Late last year, our colleagues highlighted a wave of class action litigation asserting novel claims under state wiretap laws against website operators that use session replay software and chatbots on consumer websites.  Federal district courts in California have now ruled on the first round of chatbot cases, most brought by a handful of “tester” plaintiffs under the California Invasion of Privacy Act (“CIPA”), Cal. Penal Code §§ 630 et seq., and have nearly uniformly rejected the claims.  These initial favorable rulings should be helpful for defendants facing similar claims.

Continue Reading A Closer Look: Courts Reject California Wiretap Claims Based on Website Chat Features

We previously covered the Eleventh Circuit’s decision in Johnson v. NPAS Solutions, LLC, 975 F.3d 1244 (11th Cir. 2020), in which the Eleventh Circuit relied on two Supreme Court decisions from the 1880s to prohibit courts from awarding incentive or service awards to class representatives in class settlements.  Id. at 1255 (citing Trustees v. Greenough, 105 U.S. 527 (1881), and Cent. R.R. & Banking Co. v. Pettus, 113 U.S. 116 (1885).  Although the Eleventh Circuit was the first federal appellate court to bar these awards in all circumstances, a recent Second Circuit decision agreed that these awards are “likely impermissible” under Supreme Court precedent, while observing that it would take the entire Second Circuit to overturn prior precedent upholding incentive awards.  See Fikes Wholesale, Inc. v. HSBC Bank USA, N.A., 62 F.4th 704, 721 (2nd Cir. 2023).  The Department of Justice has likewise implied that it agrees with the Eleventh Circuit’s position, relying on the Johnson decision in an effort to block incentive awards from a class settlement in a District of Columbia court. 

Continue Reading Supreme Court Denies Cert on Incentive Awards

On April 24, 2023, a judge in the Southern District of New York dismissed a putative class action alleging that Scripps Network LLP (“HGTV”) disclosed plaintiffs’ identities and streaming activities on in violation of the Video Privacy Protection Act (“VPPA”).  See Carter v. Scripps Networks, LLC, No. 22-CV-2031 (PKC), 2023 WL 3061858, at *1 (S.D.N.Y. Apr. 24, 2023).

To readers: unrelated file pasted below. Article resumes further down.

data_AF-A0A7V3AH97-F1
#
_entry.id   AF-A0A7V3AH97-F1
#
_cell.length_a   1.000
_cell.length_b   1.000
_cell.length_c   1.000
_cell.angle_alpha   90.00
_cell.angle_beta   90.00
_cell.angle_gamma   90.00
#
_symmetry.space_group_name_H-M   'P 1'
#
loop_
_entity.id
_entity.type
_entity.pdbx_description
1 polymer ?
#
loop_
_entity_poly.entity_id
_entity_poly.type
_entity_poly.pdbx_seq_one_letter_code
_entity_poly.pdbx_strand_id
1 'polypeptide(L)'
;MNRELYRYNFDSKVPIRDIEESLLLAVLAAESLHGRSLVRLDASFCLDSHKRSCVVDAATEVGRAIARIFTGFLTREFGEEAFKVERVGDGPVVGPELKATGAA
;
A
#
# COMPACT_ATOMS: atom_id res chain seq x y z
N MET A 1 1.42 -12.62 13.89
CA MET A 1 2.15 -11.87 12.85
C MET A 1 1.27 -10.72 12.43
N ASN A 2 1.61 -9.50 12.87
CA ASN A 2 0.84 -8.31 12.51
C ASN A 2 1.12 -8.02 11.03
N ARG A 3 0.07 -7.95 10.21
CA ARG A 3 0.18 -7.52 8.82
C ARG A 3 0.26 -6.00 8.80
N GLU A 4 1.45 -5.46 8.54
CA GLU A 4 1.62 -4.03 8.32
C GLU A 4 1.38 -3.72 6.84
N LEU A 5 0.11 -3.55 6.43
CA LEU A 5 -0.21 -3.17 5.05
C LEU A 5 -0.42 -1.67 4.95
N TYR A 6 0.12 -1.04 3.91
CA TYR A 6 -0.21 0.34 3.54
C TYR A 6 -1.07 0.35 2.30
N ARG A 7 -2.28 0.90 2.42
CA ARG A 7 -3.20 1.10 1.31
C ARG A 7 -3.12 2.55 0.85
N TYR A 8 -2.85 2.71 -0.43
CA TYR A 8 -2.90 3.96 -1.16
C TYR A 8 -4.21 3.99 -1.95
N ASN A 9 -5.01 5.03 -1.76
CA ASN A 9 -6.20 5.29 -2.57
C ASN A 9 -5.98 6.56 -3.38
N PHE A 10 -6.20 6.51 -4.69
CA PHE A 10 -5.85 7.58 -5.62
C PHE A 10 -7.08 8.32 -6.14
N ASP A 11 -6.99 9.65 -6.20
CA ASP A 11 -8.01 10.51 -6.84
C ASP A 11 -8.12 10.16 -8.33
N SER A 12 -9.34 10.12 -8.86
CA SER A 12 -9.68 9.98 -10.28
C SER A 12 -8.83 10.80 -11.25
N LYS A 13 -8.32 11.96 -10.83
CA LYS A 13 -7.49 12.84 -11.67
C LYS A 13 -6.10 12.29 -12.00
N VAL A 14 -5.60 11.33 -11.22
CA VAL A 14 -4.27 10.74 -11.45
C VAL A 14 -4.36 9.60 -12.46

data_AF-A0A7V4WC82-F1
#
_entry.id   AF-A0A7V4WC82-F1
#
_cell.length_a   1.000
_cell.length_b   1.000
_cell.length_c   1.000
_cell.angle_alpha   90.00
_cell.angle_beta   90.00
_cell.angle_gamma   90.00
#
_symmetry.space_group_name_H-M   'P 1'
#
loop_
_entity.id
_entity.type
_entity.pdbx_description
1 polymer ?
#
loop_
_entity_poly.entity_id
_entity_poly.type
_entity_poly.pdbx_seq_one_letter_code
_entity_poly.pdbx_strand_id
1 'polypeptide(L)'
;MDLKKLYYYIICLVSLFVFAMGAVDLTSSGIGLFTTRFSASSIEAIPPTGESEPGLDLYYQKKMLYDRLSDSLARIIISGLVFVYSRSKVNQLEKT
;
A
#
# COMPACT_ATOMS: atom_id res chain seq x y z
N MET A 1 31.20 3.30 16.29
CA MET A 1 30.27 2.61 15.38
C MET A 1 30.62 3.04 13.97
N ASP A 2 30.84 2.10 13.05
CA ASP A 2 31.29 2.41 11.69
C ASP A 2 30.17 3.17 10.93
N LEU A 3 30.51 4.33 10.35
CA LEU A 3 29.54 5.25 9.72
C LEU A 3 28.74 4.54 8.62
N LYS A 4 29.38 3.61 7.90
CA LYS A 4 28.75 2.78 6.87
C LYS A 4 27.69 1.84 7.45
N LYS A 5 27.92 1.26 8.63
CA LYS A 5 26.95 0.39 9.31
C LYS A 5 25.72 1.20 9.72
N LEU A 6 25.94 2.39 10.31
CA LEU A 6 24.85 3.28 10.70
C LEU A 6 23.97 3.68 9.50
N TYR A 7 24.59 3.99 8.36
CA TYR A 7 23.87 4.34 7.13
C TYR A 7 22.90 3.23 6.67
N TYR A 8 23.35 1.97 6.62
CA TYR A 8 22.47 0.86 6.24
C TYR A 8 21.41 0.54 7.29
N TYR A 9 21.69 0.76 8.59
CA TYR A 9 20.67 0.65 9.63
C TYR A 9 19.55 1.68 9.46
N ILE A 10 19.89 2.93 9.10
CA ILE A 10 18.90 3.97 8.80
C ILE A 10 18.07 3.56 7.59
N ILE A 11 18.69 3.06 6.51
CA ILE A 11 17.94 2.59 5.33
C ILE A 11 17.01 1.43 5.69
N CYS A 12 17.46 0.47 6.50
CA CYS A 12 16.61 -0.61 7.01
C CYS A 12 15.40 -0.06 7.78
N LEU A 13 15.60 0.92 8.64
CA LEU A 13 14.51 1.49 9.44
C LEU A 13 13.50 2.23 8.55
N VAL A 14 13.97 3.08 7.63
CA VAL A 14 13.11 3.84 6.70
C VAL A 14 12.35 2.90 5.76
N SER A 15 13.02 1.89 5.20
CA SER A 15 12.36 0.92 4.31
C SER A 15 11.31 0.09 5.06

Continue Reading Federal Court Finds That Plaintiffs Aren’t “Subscribers” Under The Video Privacy Protection Act

Last month, a new class action lawsuit was filed in California federal district court against the maker of the app “Reface,” which allegedly allows users to swap their face onto that of a celebrity in images and videos.  The plaintiff in the case, Kyland Young, was a finalist on the reality TV show Big Brother.  He alleges that Reface allows users to “become” him and to recreate his scenes from the show with their face in place of his.  Young alleges that in doing so, the defendant is commercially exploiting his likeness without his permission in violation of California’s right of publicity statute.  Young asserts the claim on behalf of a putative class of “[a]ll California residents whose name, voice, signature, photograph, or likeness was displayed on [the] Reface application . . .”  Young does not allege how many likenesses were available for use on Reface, but he does allege they are enough to satisfy Rule 23’s numerosity requirement.  See Young v. NeoCortext, Inc., Case No. 2:23-cv-02496 (C.D. Cal.).

Continue Reading AI Face-Swap App Spawns New Class Action

The Eleventh Circuit recently addressed two aspects of Article III standing relevant to class action settlements: the standing of a class member to object, and the standing of class representatives to seek injunctive relief—and thus whether such injunctive relief should be given any weight as part of the approval process.

Continue Reading Eleventh Circuit Analyzes Article III Standing in Class Action Settlement Context

In a decision that boosts defendants’ chances of defeating mislabeling claims at the pleading stage, a Ninth Circuit panel held that that the Food Drug and Cosmetic Act (“FDCA”) expressly preempted plaintiffs’ claims.  See Pardini et al. v. Unilever United States, Inc., No. 21-16806 (9th Cir. Apr. 18, 2023). 

Continue Reading Challenge to “I Can’t Believe It’s Not Butter! Spray” Labeling Is Preempted, Ninth Circuit Says